Timothy Woulard v. Secretary, Department of Corre, et al


Opinion issued by court as to Appellant Timothy D. Woulard. Decision: Affirmed. Opinion type: Non-Published. Opinion method: Per Curiam. The opinion is also available through the Court's Opinions page at this link http://www.ca11.uscourts.gov/opinions.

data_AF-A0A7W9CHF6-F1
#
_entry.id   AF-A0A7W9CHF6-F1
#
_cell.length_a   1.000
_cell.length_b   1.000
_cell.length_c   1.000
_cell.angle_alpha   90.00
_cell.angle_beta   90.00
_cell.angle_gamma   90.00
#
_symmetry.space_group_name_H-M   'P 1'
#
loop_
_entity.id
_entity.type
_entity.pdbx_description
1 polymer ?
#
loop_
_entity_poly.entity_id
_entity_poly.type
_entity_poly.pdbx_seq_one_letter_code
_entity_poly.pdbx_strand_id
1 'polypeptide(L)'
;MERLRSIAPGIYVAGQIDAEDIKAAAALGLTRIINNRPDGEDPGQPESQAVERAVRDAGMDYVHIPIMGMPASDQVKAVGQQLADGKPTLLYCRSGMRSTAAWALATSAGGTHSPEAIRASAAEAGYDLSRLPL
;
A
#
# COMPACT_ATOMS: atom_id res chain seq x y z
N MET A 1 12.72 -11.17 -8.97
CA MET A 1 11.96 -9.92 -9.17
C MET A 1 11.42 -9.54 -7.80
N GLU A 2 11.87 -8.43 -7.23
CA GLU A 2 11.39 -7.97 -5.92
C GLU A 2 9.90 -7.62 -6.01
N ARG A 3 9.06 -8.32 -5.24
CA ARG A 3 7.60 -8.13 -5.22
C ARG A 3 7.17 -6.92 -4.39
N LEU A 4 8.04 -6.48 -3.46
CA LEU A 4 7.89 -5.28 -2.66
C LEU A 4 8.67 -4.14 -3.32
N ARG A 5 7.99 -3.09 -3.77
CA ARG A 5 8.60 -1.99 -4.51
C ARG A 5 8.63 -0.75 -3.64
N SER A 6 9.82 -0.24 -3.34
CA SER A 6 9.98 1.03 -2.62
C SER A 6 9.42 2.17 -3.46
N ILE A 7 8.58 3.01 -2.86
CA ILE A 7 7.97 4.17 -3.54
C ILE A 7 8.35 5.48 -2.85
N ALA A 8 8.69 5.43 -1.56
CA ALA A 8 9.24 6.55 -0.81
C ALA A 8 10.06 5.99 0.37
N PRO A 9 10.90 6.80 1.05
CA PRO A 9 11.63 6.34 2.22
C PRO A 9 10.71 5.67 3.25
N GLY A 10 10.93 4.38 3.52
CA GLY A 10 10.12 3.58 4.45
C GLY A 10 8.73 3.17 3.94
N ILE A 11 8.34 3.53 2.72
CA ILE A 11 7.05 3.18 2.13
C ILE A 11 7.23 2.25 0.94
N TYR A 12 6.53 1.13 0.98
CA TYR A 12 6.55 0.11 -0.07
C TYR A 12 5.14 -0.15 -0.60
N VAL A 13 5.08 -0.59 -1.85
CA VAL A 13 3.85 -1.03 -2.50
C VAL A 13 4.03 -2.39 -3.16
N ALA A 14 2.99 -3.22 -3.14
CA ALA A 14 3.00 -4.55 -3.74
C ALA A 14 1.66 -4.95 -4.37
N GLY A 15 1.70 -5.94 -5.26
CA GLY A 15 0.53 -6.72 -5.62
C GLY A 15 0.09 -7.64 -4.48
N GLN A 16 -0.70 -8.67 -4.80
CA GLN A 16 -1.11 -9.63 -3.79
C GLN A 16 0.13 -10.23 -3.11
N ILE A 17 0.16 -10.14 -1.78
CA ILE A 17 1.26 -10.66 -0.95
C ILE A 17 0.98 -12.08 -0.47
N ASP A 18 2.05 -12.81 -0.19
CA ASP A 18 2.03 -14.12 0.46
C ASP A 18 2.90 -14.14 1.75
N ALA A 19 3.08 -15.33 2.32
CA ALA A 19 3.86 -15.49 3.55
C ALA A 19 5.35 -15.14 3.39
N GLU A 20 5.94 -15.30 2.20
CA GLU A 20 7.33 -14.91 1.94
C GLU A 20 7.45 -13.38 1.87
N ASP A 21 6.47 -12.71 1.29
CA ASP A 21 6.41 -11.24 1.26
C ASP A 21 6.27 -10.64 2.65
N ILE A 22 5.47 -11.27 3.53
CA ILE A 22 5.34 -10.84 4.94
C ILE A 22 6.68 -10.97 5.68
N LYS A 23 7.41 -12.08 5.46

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Case: 16-10469 Date Filed: 09/05/2017 Page: 1 of 9 [DO NOT PUBLISH] IN THE UNITED STATES COURT OF APPEALS FOR THE ELEVENTH CIRCUIT ________________________ No. 16-10469 Non-Argument Calendar ________________________ D.C. Docket No. 6:14-cv-02058-RBD-DAB TIMOTHY D. WOULARD, Petitioner - Appellant, versus SECRETARY, DEPARTMENT OF CORRECTIONS, ATTORNEY GENERAL, STATE OF FLORIDA, Respondents - Appellees. ________________________ Appeals from the United States District Court for the Middle District of Florida ________________________ (September 5, 2017) Before TJOFLAT, WILLIAM PRYOR, and JORDAN, Circuit Judges. PER CURIAM: Timothy Woulard, a Florida state prisoner proceeding pro se and in forma pauperis, appeals the district court’s dismissal of his 28 U.S.C. § 2254 habeas Case: 16-10469 Date Filed: 09/05/2017 Page: 2 of 9 corpus petition as barred by the one-year statute of limitations under the Antiterrorism and Effective Death Penalty Act of 1996. See 28 U.S.C. § 2244(d)(1). Upon review of the record and the parties’ briefs, we affirm. I Because we write for the parties, we set out only what is necessary to resolve this appeal. In March of 2010, Mr. Woulard was charged in Florida state court with second-degree murder with a firearm (count 1) and possession of a firearm by a convicted felon (count 2). Mr. Woulard pled guilty to the lesser-included offense of manslaughter for count 1 and to the possession charge, and he was sentenced pursuant to a plea agreement on May 11, 2010. In June of 2010, Mr. Woulard moved to withdraw his guilty plea. After an evidentiary hearing, he stated that he no longer wanted to take back his plea, and the state court allowed him to withdraw the motion on July 30, 2010. 1 On January 26, 2011, Mr. Woulard filed a Rule 3.850 motion for post-conviction relief in state court and asserted two grounds of ineffective assistance of counsel. The state court granted an evidentiary hearing on one issue, but subsequently entered an order denying the motion in March of 2013. The Fifth 1 Mr. Woulard filed a second motion to withdraw his guilty plea on August 14, 2010, but it was dismissed as untimely. 2 Case: 16-10469 Date Filed: 09/05/2017 Page: 3 of 9 District Court of Appeal issued a per curiam opinion affirming, and the mandate issued on May 2, 2014. Mr. Woulard filed an initial pro se § 2254 petition in federal court on October 7, 2014, but the district court dismissed it without prejudice because he had not paid the filing fee, filed an affidavit of indigency, or tried to seek IFP status. Rather than filing a motion for reconsideration or appealing the dismissal, Mr. Woulard filed a second § 2254 petition on December 10, 2014. In January of 2016, the district court dismissed Mr. Woulard’s second § 2254 petition as untimely because it was due on December 4, 2014. In reaching that calculation, the district court applied Florida law and found that the one-year statute of limitations period began to run on August 30, 2010 (i.e., 30 days after Mr. Woulard’s motion to withdraw his plea pleadings had ended) because he had not appealed his state convictions or sentence. The district court recognized that his properly-filed state post-conviction motion tolled the limitations period from January 26, 2011 (the date he filed the motion) through May 2, 2014 (the date the appellate mandate issued for the denial of the motion). Given that 149 days had elapsed between August 30, 2010, and the filing of the state post-conviction motion, the district court found that Mr. Woulard had 216 days from the date of the state appellate mandate to timely file a federal habeas petition. 3 Case: 16-10469 Date Filed: 09/05/2017 Page: 4 of 9 In October of 2016, we granted a certificate of appealability on one issue: whether the district court erred in dismissing Woulard’s § 2254 petition as untimely. Because Mr. Woulard has abandoned the only equitable tolling argument that he made in the district court, and he has waived his remaining arguments on appeal, we now affirm. II We review a district court’s decision to dismiss a habeas petition as untimely and its decision regarding the applicability of equitable tolling de novo. See San Martin v. McNeil, 633 F.3d 1257, 1265 (11th Cir. 2011). A district court’s relevant factual findings are reviewed only for clear error, see id., and we therefore must be “left with a ‘definite and firm conviction that a mistake has been committed.’” United States v. Smith, 821 F.3d 1293, 1302 (11th Cir. 2016). III AEDPA imposes a strict one-year statute of limitations for filing a § 2254 habeas petition and identifies four events that trigger the one-year period. See 28 U.S.C. § 2244(d)(1)(A)-(D). As relevant here, the one-year period begins to run from “the date on which the judgment became final by the conclusion of direct review or the expiration of the time for seeking such review.” § 2244(d)(1)(A). The statute of limitations period is tolled, however, while a properly-filed motion for state post-conviction relief is pending. See § 2244(d)(2). In Florida, a state 4 Case: 16-10469 Date Filed: 09/05/2017 Page: 5 of 9 post-conviction motion is pending until the appropriate appellate court issues the mandate for its order affirming a state trial court’s denial of the motion. See Nyland v. Moore, 216 F.3d 1264, 1267 (11th Cir. 2000). A petitioner is entitled to equitable tolling “only if he shows ‘(1) that he has been pursuing his rights diligently, and (2) that some extraordinary circumstance stood in his way’ and prevented timely filing.” Holland v. Florida, 560 U.S. 631, 649 (2010) (citation omitted). We have held that a petitioner must “show a causal connection between the alleged extraordinary circumstances and the late filing of the petition.” San Martin, 633 F.3d at 1267. We may also consider an untimely habeas petition if a petitioner can show that he is actually innocent, but this “exception is ‘exceedingly narrow in scope,’ and the petitioner must demonstrate that he is factually innocent rather than legally innocent.” Id. at 1267–68 (citation omitted). Although we liberally construe pro se briefs, “issues not briefed on appeal by a pro se litigant are deemed abandoned.” Timson v. Sampson, 518 F.3d 870, 874 (11th Cir. 2008). Moreover, issues that are raised for the first time on appeal generally will not be addressed unless an exception applies. See Access Now, Inc. v. Sw. Airlines Co., 385 F.3d 1324, 1331–32 (11th Cir. 2004). Here, Mr. Woulard has abandoned his equitable tolling argument regarding his initial § 2254 petition (filed on October 7, 2014, without paying the filing fee) because he did not brief the issue on appeal. See Timson, 518 F.3d at 874. Even if 5 Case: 16-10469 Date Filed: 09/05/2017 Page: 6 of 9 he had briefed the issue, he has not attempted to show a causal connection between an extraordinary circumstance and his inability to file the petition on time. See San Martin, 633 F.3d at 1267. Instead, Mr. Woulard claims for the first time on appeal that his second § 2254 petition was actually filed (through mailing) on December 1, 2010, but that a corrections officer incorrectly transposed the date as December 10, 2010. Mr. Woulard has not asserted that any of the exceptions to the waiver rule apply, and we therefore decline to address that new argument. See Access Now, 385 F.3d at 1331 (explaining that if we address issues “that districts court never had a chance to examine, we . . . deviate from the essential nature . . . of an appellate court”). Cf. Tannenbaum v. United States, 148 F.3d 1262, 1263 (11th Cir. 1998) (noting that although we are required to liberally construe pro se pleadings, issues not raised in the district court are generally deemed waived). In addition, Mr. Woulard argues that he is entitled to proceed because he has made a substantial showing of a deprivation of a constitutional right—ineffective assistance of counsel. But he incorrectly asserts the standard for determining whether a petitioner should be granted a COA under 28 U.S.C. § 2253(c)(2) as a basis for excusing the timeliness issue here. 2 2 The only equitable tolling argument that Mr. Woulard made in the district court was that the district court’s November 21, 2014 dismissal of his habeas petition without prejudice (for failure to pay the filing fee or to request IFP status) did not give him enough time to re-file on time. At the time, he admitted that his petition should have been filed by December 4, 2010, but that his 6 Case: 16-10469 Date Filed: 09/05/2017 Page: 7 of 9 We do not have authority to review Mr. Woulard’s additional claims that his attorney rendered ineffective assistance of counsel, that he is entitled to another evidentiary hearing, and that he has new witness testimony to present because our review is limited to the timeliness issue listed in the COA. See Murray v. United States, 145 F.3d 1249, 1251 (11th Cir. 1998) (holding that our appellate review of an unsuccessful habeas petition is limited because § 2253(c)(3) “mandates that the COA indicate ‘which specific issue or issues satisfy the showing’ necessary for granting such a certificate”). In any event, Mr. Woulard has also waived these issues because he did not raise them as a basis for equitable tolling below. Insofar as Mr. Woulard claims that the actual innocence exception applies, his argument is tied to his ineffective assistance of counsel claim. He contends that if his attorney had been effective in filing a motion to suppress the evidence against him, then the state would not have been able to prove that he committed a crime, and he therefore would not have pled guilty. This claim, if true, may lend support for legal innocence, but Mr. Woulard has not met the high bar of providing new evidence that supports factual innocence. See San Martin, 633 F.3d at 1268. Cf. McQuiggin v. Perkins, 133 S. Ct. 1924, 1930 (2013) (explaining that new evidence must be sufficient to establish that “it is more likely than not that no reasonable juror would have convicted” the petitioner). failure to do so was based on an unconstitutional application of federal law in that the district court denied him access to the courts. 7 Case: 16-10469 Date Filed: 09/05/2017 Page: 8 of 9 Lastly, although Mr. Woulard has not argued that the district court clearly erred in calculating the date that he was required to file a federal habeas corpus petition, we briefly address the district court’s finding. We have explained that withdrawing a motion leaves “nothing . . . to review,” see United States v. Montoya, 782 F.2d 1554, 1556 (11th Cir. 1986), so, the district court did not clearly err by finding that Mr. Woulard’s convictions became final on August 30, 2010, because he did not appeal within 30 days after withdrawing his motion to withdraw his guilty plea. See Fla. R. App. P. 9.140(b)(3); Gust v. State, 535 So. 2d 642, 643 (1st DCA 1988) (observing that a judgment becomes final when the 30-day period for filing a direct appeal expires). The district court then counted 149 days from the start of the limitations period to Mr. Woulard’s state post-conviction motion, properly recognized that the limitations period tolled during the pendency of Mr. Woulard’s state post-conviction motion, see § 2244(d)(2), and added an additional 216 days once the appellate mandate issued on May 2, 2014. See Nyland, 216 F.3d at 1267. In sum, Mr. Woulard has not provided a basis for applying the doctrine of equitable tolling, and we are not left with the firm conviction that the district court committed a factual error in determining that Mr. Woulard was required to file his federal habeas petition by December 4, 2014. See Smith, 821 F.3d at 1302. IV 8 Case: 16-10469 Date Filed: 09/05/2017 Page: 9 of 9 We affirm the district court’s dismissal of Mr. Woulard’s habeas corpus petition as untimely. AFFIRMED. 9